by Joseph H. RADDER
Seated behind his desk at the Oneida Group in Lackawnna's Gateway Center, Fred Saia
exudes self-confidence. And well he should. He's overcome two handicaps. First, he's had
polio since age two and still walks with crutches. Second, he had to fit into the real
world as a minority businessman. You see, even though Fred Saia's father was an
Italian-American, his mother is native American. Since the Seneca Nation is a matriarchal
society, Fred is also Native American.
|Father Mariano and his parents- 1943||Mother Geri and her mother- 1996|
Thirty years ago, in 1974, Fred Saia founded Oneida. The company started out as an installation company, installing humidifiers and other appliances under contract from Sears. He had majored in geology in college and had planned to enter the oil industry, but because of the recession in 1974 he was unable to do so. He had worked as a Sears installer during college, so it was natural to make a full-time business out of it after graduation.
"The last paycheck I got from somebody else was in 1974," he says proudly. "I've been self-employed ever since." Eventually, Oneida became Sears' largest installer in western New York. By that time, their work included installing fences, so it was a natural for Oneida to go into the fence business, building and installing chain link, wooden, and vinyl fencing.
Fred Saia was in the first class of the Center for Entreprenurial Leadership at UB. "This course made us focus on where we were going, where we wanted to go. In other words," he said, "it made us fine-tune our business. Through that class," Fred remembered. "There was an opportunity to open a Ready-Mix plant. So we went out and borrowed a million dollars, we bought three trucks (the rotating concrete mix kind you see on the highways). and all the equipment we needed, we put the plant up, and it was onward and upward from that day forward."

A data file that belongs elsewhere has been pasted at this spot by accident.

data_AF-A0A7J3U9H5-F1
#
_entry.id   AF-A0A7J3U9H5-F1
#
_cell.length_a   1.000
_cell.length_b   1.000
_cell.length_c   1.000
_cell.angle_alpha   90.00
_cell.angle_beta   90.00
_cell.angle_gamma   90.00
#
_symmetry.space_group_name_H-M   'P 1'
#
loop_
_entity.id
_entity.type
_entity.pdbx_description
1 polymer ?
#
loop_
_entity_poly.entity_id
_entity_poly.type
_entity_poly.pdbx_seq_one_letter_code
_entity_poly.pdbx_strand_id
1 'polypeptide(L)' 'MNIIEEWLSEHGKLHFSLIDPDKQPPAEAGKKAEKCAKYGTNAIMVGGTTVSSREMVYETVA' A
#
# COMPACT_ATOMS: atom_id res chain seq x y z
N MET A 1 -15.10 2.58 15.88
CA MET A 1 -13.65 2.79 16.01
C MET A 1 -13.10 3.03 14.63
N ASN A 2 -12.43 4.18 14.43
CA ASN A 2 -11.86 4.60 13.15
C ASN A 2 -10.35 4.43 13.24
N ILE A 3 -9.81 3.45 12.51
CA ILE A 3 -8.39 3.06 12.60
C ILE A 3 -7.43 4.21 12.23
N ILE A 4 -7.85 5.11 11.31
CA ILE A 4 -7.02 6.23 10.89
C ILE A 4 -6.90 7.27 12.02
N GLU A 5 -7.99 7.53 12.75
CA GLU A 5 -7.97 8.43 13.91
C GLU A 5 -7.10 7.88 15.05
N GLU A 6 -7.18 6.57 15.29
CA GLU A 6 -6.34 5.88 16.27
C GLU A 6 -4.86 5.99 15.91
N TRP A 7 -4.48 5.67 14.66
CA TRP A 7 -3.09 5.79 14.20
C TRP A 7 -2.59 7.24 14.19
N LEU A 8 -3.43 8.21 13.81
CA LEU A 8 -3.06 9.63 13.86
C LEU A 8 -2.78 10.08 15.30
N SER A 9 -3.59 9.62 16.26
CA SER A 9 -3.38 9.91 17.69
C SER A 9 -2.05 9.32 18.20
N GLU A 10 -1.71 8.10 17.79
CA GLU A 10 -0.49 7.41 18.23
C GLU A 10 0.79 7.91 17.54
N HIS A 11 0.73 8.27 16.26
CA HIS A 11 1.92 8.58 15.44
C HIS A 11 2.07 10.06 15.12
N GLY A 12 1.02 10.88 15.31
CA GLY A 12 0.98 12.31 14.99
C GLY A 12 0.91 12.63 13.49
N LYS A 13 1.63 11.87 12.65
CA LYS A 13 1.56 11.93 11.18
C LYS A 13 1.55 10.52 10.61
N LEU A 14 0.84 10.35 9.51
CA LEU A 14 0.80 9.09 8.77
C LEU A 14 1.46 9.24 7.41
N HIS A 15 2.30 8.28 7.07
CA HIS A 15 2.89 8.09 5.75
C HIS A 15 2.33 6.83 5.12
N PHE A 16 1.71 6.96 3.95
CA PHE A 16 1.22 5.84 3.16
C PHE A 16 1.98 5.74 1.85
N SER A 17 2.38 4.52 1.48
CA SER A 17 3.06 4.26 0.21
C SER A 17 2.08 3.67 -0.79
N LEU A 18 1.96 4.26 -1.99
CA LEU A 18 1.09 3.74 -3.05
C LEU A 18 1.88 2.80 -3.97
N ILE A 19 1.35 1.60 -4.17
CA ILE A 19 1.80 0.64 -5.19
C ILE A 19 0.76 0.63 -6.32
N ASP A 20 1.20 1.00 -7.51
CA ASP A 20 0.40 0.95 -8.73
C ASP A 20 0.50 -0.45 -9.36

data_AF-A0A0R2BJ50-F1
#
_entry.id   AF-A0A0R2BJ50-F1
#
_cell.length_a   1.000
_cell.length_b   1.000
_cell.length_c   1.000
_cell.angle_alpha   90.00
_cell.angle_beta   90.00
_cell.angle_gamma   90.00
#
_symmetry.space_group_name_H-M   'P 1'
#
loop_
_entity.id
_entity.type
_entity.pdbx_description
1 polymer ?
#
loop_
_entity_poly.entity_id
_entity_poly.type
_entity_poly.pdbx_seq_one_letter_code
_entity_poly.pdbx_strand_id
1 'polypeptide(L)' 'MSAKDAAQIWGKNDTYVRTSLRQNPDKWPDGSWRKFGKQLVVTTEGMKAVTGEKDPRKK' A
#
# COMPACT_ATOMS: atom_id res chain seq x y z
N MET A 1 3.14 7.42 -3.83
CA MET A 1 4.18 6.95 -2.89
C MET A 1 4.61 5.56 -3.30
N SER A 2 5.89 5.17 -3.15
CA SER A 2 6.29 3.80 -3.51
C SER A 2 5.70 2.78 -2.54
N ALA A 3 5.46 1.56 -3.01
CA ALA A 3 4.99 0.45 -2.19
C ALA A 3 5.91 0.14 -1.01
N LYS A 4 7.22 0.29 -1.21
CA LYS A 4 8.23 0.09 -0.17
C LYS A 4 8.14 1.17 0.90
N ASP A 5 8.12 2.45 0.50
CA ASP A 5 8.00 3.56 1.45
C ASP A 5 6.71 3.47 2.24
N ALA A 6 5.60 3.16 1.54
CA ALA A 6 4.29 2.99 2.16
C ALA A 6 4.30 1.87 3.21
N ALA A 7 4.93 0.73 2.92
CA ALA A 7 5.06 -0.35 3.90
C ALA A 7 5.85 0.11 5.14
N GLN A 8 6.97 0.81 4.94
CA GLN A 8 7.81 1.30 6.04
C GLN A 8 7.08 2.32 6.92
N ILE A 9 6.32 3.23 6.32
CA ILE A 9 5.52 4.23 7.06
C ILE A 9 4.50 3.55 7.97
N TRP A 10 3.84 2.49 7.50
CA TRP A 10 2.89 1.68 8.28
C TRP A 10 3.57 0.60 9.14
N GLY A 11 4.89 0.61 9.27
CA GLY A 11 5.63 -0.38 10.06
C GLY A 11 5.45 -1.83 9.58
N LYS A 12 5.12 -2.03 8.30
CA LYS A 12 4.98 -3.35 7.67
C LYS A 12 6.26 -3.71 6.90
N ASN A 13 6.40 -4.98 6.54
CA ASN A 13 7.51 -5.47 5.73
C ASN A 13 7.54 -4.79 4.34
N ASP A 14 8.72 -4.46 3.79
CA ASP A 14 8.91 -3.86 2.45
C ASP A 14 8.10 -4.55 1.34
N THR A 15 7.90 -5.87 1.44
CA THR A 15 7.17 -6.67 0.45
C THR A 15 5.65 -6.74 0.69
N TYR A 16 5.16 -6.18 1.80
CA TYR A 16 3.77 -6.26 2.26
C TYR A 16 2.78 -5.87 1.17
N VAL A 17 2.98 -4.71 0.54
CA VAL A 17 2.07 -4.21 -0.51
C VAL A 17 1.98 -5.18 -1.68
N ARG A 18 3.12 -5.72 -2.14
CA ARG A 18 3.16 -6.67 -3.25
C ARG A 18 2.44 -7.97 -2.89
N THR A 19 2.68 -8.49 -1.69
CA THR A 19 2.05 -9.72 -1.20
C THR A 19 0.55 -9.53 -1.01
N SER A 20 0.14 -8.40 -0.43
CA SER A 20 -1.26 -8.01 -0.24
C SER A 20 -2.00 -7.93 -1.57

|Father Mariano and Fred in 1956- age 4||Mother Geri and Fred in 1956- age 4|
|Fred at one year old with his fathers mother- 1953||Fred on one of his many camping trips- 1967|
|Home in N. Buffalo on Wingate Ave. where
Fred grew up 1967-1988
Oneida added the Iroquois Bar Corporation later, to provide the reinforcing and structural steel needed in construction. The company's newest enterprise is Heron's Landing, a smoke shop, gas station, and restaurant on route 20 in the Cattaraugus Indian Reservation.
Some of the Oneida Group's major projects have included the HSBC Arena, the Buffalo Niagara International Airport,, the renovations at Ralph C. Wilson Stadium, West Valley Nuclear Services, Roswell Park Cancer Institute, and the American Axle plant. Major clients include J.W.. Danforth Inc., Louis Ciminelli Inc., the Quackenbush Company, Ford Motor Company, General Motors, Graphic Controls, Niagara Mohawk, the City of Buffalo, New York State DOT, and several others. Oneida's biggest project this year was supplying 30,000 yards of concrete for the General Motors plant expansion on River Road.